The Death Penalty For And Against Essay Sample

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When someone hear the word Death,do they feel empty,lost or terrified at the same time? Or is it the opposite? Would they rejoice or celebrate? We wouldn’t know. Most of everyone would probably feel the first sentence and only the oppress would feel the second statement. Death is defined as the action or fact of dying or being killed In short,it is the end of a person’s life or an organism. Associated with death is the word Life. Life is sacred to all beings especially humans due to our intellect and skills which other organisms doesn’t have. In the eyes of God,we are his masterpiece,we are his children which means we need to take care one another. But,what is happening right now? Violence and destruction have succumb the world. Crime rates have been increasing rapidly,wars have overtaken the earth11 and thus humanity is slowly disappearing in front of our own eyes. In order to stop this,the government and states come up with variety of solutions and the most popular and debatable solution is the Death Penalty. Defined by U.S. Legal,death penalty is the sentence of execution for murder and some other capital crimes (serious crimes, especially murder, which are punishable by death). The death penalty, or capital punishment, may be prescribed by Congress or any state legislature for murder and other capital crimes. According to Amnesty International, as of July 2015, 101 countries have abolished the death penalty for all crimes in law, while 140 countries have abolished the death penalty in law or practice. From the same source,58 countries still continue the practice of Death Penalty. Criminals have done hideous crimes in their life but it doesn’t mean they don’t have the right to live. Permitting death penalty in one’s country doesn’t end or decrease the crime rates that might be happening right now in someone’s country. Death Penalty should be completely abolished in our society owing to the fact that it doesn’t decrease crime rates,costs a lot of money and puts innocent lives at risk.


The first and foremost reason why some people approve death penalty is to decrease the crime rates of their country. If it is implemented by the government,the society would feel afraid to commit a crime thus stopping them from doing malicious acts that can harm or end someone’s life. There is no evidence that posits the use of the death penalty as being causal to a reduction in crime. According to the NC Coalition for Alternatives to the Death Penalty, the murder rate for the state of North Carolina actually declined following a halt in utilizing execution as a form of punishment. The coalition also points out that most people on death row committed their crimes in the heat of passion, while under the influence of drugs or alcohol, or while suffering from mental illness. They represent a group that is highly unlikely to make rational decisions based on a fear of future consequences for their actions. In addition,states without the death penalty have a lower murder rate than neighboring states with the death penalty implemented. The US had a 2012 murder rate of 4.8 victims per 100,000—meaning that nearly 15,000 people were victims of homicide that year. Capital punishment does not appear to be doing its job. If it does not dissuade, then it serves no purpose. The threat of life in prison without parole must equally dissuade criminals.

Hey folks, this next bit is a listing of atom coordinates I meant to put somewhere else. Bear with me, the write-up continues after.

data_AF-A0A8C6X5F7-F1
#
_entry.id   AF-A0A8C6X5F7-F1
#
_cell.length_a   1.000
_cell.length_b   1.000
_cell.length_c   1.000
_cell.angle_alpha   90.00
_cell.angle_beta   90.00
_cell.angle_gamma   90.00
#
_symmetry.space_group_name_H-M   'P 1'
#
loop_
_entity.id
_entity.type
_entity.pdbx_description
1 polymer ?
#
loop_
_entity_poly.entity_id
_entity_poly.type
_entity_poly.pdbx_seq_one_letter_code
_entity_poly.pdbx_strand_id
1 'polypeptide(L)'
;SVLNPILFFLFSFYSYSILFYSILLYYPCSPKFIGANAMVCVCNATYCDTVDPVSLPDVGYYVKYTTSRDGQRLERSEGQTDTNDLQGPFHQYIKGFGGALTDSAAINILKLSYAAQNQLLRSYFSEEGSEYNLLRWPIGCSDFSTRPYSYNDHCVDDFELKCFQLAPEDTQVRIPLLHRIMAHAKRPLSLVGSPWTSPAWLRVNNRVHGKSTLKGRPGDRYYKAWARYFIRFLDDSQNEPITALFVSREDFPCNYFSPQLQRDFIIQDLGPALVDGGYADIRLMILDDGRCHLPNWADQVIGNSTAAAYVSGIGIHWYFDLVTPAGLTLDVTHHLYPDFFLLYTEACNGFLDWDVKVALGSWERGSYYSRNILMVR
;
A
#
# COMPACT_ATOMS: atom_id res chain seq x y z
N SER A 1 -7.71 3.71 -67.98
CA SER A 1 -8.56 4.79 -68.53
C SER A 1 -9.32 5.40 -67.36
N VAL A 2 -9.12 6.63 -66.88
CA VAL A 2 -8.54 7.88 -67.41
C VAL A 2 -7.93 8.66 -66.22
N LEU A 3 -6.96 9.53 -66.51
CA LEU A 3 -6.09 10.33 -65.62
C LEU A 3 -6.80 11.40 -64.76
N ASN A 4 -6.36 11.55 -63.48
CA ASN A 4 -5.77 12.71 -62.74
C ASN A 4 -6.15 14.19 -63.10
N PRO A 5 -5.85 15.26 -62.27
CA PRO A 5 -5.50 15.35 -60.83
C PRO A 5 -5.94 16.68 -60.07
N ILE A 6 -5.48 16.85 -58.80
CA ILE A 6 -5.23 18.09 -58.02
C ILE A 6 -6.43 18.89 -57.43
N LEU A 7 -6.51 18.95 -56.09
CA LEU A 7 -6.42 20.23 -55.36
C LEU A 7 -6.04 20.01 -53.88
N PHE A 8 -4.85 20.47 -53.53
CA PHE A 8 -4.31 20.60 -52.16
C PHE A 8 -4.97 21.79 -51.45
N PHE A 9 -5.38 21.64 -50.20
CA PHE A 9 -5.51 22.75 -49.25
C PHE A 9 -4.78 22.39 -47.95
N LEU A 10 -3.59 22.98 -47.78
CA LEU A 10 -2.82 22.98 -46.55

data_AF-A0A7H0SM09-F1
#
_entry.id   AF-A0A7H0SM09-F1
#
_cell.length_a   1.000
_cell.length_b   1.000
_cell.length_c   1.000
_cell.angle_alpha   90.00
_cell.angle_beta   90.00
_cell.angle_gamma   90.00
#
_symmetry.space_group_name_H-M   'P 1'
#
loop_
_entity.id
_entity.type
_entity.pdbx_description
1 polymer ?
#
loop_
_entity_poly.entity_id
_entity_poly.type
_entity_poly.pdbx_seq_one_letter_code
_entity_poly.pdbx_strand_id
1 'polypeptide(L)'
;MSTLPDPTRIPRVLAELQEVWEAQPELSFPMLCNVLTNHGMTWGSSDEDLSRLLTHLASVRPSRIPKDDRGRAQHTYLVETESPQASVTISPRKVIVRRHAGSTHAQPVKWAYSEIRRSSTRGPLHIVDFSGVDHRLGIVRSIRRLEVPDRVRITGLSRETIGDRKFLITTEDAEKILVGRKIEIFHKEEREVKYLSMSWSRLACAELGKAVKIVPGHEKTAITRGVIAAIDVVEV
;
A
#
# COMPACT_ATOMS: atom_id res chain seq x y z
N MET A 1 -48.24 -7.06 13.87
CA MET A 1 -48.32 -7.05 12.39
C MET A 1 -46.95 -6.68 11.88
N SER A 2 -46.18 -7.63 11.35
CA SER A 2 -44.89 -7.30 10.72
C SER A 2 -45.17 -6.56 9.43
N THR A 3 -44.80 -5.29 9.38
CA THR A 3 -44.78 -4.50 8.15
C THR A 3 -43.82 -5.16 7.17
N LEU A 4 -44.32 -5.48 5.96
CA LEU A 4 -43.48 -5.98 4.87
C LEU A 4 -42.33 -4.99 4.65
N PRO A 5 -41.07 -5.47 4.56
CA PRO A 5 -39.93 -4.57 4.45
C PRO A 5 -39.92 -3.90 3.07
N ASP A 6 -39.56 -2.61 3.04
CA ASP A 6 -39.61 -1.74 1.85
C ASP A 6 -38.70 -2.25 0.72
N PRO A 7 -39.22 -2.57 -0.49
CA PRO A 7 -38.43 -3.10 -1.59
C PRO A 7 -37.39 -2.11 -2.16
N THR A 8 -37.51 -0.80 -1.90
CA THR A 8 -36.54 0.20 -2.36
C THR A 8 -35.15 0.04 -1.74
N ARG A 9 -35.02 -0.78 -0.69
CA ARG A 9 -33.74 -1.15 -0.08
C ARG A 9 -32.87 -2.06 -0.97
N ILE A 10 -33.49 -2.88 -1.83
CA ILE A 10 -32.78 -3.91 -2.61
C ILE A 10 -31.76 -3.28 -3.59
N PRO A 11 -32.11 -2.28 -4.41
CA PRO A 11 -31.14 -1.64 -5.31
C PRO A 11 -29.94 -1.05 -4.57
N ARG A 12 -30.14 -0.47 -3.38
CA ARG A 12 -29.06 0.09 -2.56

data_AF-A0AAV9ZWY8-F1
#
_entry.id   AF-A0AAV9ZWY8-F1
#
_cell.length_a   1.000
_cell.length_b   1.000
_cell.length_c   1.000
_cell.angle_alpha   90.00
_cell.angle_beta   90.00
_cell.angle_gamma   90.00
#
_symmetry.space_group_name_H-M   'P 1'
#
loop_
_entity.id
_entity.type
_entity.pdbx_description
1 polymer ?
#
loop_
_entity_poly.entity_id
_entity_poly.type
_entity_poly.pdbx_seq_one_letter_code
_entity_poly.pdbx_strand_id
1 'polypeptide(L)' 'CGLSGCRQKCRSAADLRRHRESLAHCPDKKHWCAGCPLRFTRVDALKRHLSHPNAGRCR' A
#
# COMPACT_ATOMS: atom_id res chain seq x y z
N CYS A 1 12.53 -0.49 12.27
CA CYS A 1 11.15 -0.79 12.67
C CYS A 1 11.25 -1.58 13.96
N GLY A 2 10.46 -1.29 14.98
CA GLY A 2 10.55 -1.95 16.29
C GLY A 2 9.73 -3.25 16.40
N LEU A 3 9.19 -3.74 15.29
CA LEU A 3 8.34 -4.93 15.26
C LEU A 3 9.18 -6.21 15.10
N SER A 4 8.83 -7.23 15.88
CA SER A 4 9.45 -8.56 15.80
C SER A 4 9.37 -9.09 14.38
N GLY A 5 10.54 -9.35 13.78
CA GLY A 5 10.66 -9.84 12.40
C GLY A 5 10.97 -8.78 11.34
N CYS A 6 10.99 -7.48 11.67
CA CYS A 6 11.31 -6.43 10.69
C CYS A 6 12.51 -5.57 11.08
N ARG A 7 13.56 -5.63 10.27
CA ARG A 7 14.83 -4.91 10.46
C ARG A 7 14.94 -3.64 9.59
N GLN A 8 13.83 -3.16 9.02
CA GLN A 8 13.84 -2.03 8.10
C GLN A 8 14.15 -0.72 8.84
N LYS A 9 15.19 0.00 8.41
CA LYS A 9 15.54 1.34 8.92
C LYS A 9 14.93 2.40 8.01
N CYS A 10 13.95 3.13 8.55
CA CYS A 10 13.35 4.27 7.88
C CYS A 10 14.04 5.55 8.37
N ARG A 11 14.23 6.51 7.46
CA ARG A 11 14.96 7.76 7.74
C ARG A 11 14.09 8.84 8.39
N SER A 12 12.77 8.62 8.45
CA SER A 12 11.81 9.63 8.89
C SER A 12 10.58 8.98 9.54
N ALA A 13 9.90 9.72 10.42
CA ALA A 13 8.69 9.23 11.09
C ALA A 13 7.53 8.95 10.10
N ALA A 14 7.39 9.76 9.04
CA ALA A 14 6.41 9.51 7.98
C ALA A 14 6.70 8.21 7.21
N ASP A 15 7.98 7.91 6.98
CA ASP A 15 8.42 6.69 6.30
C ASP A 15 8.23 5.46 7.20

Second reason why Death penalty must be abolished is that it costs a lot of money. The cost of the death penalty as opposed to a life sentence without parole is exponential. Due to the extra measures taken in judicial proceedings, lawyer fees, extended trials, and expert witnesses, costs end up being higher. According to the Oregonian, in 1995 the trials for three Washington County murder cases cost more than $1.5 million. One was sentenced to death. In 2000 a fiscal impact summary from the Oregon Department of Administrative Services stated that the Oregon Judicial Department would save $2.3 million annually if the death penalty were eliminated. It is estimated that total prosecution and defense costs to the state and counties equal $9 million per year. It is a total waste of effort,time and money to kill someone. This money should have been donated or spend to someone who deserves it rather than to a criminal whom can be punish by a life sentence without a parole.

And the last reason,it puts innocent lives at risk. Since the reinstatement of the death penalty in the United States in 1976, 138 innocent men and women have been released from death row, including some who came within minutes of execution. Many of these cases were discovered not because of the normal appeals process, but rather as a result of new scientific techniques, investigations by journalists, and the dedicated work of expert attorneys. In Missouri, Texas and Virginia investigations have been opened to determine if those states executed innocent men. To execute an innocent person is morally reprehensible; this is a risk we cannot take. This is the most alarming reason why I oppose death penalty. Imagine if someone was already dead and it turns out later that he/she is completely innocent,there will be no turning point. An innocent life has already taken and the victim’s family would suffer 10 more upon hearing their love one has executed and was completely innocent.